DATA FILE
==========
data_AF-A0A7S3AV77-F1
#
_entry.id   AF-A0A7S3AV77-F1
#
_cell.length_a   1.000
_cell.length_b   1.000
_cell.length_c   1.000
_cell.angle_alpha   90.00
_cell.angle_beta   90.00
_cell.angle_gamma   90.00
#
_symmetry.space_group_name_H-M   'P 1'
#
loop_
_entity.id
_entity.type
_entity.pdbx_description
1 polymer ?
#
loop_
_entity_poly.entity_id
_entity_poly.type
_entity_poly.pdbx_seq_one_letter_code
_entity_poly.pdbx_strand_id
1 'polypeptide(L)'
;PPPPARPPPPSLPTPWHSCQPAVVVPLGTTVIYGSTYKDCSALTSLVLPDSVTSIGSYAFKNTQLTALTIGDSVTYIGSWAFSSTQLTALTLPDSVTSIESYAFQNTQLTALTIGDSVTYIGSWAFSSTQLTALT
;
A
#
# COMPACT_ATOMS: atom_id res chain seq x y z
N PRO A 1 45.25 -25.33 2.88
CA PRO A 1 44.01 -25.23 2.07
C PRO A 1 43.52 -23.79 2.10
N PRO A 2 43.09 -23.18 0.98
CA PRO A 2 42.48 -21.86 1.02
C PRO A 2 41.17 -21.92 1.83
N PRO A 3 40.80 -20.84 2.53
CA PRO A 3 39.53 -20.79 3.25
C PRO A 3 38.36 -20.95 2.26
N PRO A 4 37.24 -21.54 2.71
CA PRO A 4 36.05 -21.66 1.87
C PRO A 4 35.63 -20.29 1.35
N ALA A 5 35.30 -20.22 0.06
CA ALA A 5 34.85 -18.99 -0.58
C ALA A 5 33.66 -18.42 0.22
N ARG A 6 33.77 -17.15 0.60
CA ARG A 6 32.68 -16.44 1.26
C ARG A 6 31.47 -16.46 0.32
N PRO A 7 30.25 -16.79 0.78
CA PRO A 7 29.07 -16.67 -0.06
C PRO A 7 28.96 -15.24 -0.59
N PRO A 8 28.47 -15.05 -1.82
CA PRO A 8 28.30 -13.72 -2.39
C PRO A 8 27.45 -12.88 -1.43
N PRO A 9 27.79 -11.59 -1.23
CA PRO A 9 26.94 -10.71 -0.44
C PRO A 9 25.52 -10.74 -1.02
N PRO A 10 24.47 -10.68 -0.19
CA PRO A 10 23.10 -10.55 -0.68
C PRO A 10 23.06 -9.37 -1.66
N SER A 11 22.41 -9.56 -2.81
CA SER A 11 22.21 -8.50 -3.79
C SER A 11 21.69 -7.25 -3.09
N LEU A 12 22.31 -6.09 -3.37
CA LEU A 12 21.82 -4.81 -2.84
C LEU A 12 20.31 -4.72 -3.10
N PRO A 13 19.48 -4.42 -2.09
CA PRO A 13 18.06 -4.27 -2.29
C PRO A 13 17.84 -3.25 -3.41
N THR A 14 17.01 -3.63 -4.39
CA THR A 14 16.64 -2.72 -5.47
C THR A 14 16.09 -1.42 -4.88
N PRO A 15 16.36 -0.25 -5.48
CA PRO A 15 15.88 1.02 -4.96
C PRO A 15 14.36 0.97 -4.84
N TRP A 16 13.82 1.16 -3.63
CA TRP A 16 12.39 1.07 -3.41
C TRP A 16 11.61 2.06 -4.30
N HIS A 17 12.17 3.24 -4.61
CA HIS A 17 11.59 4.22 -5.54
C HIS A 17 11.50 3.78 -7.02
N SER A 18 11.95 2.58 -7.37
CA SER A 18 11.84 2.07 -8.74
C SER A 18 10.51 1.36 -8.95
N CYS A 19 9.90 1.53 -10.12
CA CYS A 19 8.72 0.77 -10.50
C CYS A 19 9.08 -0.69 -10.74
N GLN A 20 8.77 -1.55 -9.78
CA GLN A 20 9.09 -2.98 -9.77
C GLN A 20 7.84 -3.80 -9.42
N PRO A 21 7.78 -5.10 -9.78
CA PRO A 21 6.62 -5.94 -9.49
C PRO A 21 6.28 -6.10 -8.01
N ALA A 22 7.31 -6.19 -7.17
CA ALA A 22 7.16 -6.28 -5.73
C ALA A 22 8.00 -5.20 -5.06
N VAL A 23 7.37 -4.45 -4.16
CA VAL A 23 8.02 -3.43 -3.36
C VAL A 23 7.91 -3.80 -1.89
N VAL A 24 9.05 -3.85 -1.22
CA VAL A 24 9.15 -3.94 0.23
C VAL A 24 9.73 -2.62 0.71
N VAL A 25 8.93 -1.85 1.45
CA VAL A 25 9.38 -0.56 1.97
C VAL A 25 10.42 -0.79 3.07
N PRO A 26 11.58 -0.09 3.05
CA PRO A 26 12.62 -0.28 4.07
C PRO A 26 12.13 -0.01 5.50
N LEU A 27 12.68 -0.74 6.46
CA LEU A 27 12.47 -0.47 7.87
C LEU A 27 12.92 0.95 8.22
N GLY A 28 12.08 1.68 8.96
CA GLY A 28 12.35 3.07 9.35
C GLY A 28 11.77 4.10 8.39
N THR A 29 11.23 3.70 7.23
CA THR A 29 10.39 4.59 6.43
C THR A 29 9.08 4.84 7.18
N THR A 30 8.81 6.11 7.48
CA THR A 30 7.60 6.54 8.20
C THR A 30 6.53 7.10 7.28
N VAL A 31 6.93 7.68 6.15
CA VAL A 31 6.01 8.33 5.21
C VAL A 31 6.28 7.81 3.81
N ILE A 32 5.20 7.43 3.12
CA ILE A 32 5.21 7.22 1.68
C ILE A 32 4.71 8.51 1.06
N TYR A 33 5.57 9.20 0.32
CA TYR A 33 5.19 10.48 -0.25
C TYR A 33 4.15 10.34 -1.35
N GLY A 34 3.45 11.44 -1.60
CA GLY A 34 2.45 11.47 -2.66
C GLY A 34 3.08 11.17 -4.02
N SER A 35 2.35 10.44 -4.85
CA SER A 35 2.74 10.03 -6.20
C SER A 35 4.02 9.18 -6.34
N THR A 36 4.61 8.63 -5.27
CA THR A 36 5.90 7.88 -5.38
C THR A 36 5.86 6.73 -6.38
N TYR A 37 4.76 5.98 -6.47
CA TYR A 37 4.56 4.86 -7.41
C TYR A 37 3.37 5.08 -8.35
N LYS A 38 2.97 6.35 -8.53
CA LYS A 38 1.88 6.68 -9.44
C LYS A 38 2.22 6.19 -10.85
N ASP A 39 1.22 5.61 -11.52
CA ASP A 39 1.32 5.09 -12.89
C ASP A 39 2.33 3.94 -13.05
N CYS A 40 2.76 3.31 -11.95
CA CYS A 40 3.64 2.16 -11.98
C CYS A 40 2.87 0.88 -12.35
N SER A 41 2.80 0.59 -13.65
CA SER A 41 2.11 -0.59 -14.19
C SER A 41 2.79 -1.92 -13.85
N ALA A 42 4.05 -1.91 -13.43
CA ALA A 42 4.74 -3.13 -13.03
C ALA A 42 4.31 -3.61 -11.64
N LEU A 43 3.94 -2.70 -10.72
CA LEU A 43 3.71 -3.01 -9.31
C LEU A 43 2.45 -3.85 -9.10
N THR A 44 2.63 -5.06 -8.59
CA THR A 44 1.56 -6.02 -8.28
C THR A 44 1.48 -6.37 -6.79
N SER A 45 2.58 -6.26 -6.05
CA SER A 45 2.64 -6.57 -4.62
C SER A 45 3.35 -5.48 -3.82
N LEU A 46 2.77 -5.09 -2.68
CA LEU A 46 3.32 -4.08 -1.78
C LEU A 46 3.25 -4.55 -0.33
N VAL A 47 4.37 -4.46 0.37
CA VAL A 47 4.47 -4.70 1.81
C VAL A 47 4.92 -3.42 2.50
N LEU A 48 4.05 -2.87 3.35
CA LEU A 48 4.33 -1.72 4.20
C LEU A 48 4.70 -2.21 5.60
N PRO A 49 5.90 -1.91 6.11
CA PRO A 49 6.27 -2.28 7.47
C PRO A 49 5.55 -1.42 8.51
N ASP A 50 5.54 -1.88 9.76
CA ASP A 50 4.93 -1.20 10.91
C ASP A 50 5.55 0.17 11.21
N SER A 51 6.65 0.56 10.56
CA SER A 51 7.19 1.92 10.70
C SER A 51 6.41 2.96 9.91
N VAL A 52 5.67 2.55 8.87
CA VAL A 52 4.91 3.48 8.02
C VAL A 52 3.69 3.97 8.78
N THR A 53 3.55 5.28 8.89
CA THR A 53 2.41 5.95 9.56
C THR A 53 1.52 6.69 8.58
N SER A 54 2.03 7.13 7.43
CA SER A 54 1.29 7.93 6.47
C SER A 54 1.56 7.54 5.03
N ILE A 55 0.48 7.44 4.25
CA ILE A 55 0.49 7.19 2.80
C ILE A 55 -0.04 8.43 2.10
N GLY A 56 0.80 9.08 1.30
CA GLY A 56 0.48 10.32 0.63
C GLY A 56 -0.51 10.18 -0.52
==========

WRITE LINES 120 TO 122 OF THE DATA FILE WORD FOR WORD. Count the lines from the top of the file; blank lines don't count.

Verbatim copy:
C THR A 30 6.53 7.10 7.28
N VAL A 31 6.93 7.68 6.15
CA VAL A 31 6.01 8.33 5.21